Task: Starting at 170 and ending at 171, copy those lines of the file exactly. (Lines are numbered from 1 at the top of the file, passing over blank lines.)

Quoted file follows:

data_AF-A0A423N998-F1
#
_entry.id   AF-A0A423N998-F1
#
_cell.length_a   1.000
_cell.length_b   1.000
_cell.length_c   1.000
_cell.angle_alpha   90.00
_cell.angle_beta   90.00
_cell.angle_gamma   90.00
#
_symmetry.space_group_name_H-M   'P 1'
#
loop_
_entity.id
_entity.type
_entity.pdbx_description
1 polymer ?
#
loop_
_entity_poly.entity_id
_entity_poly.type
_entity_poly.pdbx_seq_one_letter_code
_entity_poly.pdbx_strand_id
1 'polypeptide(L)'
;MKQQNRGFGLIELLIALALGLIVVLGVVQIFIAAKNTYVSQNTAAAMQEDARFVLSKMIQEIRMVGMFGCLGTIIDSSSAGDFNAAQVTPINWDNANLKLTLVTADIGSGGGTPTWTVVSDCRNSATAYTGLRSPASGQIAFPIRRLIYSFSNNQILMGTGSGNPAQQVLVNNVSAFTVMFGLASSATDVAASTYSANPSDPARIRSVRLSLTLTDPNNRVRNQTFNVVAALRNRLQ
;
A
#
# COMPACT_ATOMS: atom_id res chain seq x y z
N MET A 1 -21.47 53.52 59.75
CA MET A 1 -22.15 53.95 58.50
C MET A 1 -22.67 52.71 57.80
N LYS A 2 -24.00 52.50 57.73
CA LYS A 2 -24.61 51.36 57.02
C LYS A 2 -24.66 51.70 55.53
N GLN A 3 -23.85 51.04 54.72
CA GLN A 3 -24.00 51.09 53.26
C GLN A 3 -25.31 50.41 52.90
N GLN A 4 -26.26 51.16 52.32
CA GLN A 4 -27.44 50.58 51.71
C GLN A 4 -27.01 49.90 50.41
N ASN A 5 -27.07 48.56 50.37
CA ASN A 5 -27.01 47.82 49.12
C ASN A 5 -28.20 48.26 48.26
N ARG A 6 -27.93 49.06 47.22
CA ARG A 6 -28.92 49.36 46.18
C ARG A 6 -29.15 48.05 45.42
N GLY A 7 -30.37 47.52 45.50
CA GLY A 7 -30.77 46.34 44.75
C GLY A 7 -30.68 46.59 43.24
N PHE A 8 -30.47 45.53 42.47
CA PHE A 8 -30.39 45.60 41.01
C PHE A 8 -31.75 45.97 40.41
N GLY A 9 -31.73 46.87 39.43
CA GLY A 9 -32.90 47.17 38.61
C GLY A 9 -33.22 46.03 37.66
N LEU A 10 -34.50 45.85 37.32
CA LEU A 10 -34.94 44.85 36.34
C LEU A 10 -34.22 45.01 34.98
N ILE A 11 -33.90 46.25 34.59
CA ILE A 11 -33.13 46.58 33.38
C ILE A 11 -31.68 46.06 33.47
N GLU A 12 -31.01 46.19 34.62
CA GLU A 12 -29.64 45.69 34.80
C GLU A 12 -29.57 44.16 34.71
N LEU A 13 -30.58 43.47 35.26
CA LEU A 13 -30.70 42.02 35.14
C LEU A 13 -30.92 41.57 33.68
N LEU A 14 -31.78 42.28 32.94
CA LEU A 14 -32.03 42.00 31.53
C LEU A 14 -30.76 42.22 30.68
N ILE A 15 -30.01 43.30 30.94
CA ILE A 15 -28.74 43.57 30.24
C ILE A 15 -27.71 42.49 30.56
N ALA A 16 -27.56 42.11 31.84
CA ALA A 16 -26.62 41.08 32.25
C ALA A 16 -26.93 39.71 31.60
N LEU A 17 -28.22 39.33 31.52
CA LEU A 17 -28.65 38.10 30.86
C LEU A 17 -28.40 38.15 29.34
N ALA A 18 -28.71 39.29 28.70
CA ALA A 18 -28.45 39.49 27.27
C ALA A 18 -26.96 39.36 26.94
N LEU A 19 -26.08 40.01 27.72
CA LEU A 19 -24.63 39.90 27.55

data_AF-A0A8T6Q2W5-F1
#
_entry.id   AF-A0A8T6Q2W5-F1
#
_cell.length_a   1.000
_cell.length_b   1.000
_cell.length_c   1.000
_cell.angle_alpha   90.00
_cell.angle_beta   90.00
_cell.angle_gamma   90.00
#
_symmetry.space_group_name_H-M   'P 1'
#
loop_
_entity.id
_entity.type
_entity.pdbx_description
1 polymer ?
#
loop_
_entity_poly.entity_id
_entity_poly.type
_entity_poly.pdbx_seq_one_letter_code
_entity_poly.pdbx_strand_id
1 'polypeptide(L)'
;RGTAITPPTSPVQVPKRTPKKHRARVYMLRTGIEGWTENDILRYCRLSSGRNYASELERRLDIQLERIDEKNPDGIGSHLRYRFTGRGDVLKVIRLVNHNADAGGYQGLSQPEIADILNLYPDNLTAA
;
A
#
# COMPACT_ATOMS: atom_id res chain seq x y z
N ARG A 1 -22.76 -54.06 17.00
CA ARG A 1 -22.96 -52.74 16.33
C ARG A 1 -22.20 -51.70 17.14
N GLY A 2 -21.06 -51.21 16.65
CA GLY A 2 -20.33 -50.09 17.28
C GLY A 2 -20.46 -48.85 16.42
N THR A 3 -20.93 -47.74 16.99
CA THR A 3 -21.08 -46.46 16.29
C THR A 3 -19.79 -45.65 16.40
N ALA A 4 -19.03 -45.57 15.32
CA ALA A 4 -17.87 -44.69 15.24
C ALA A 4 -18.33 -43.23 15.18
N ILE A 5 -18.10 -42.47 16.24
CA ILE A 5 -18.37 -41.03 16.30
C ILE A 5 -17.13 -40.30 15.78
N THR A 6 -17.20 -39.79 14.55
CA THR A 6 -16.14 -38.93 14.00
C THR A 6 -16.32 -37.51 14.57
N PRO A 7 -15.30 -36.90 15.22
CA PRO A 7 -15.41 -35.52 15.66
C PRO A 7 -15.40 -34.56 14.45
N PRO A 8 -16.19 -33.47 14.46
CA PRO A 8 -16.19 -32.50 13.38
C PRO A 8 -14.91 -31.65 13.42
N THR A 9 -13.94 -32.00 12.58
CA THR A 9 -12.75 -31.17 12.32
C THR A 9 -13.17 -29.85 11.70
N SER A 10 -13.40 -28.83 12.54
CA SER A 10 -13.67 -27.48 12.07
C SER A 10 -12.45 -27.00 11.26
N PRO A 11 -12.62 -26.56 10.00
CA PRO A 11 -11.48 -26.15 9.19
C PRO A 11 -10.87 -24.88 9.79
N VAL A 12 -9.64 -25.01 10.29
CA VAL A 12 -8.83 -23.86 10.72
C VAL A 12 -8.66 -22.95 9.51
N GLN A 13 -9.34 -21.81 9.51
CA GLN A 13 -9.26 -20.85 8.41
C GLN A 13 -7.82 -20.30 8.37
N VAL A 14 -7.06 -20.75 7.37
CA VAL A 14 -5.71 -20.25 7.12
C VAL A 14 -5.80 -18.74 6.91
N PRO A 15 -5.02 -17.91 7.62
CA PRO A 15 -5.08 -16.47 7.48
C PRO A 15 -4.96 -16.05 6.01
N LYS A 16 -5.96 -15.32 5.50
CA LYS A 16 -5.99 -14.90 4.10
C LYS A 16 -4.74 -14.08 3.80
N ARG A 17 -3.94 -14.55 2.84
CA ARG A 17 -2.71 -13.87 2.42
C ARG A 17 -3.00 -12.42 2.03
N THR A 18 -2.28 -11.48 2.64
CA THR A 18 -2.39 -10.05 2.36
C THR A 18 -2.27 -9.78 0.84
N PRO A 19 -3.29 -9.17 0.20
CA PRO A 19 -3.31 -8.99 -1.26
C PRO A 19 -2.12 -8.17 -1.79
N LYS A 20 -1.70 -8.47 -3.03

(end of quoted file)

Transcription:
C THR A 18 -2.27 -9.78 0.84
N PRO A 19 -3.29 -9.17 0.20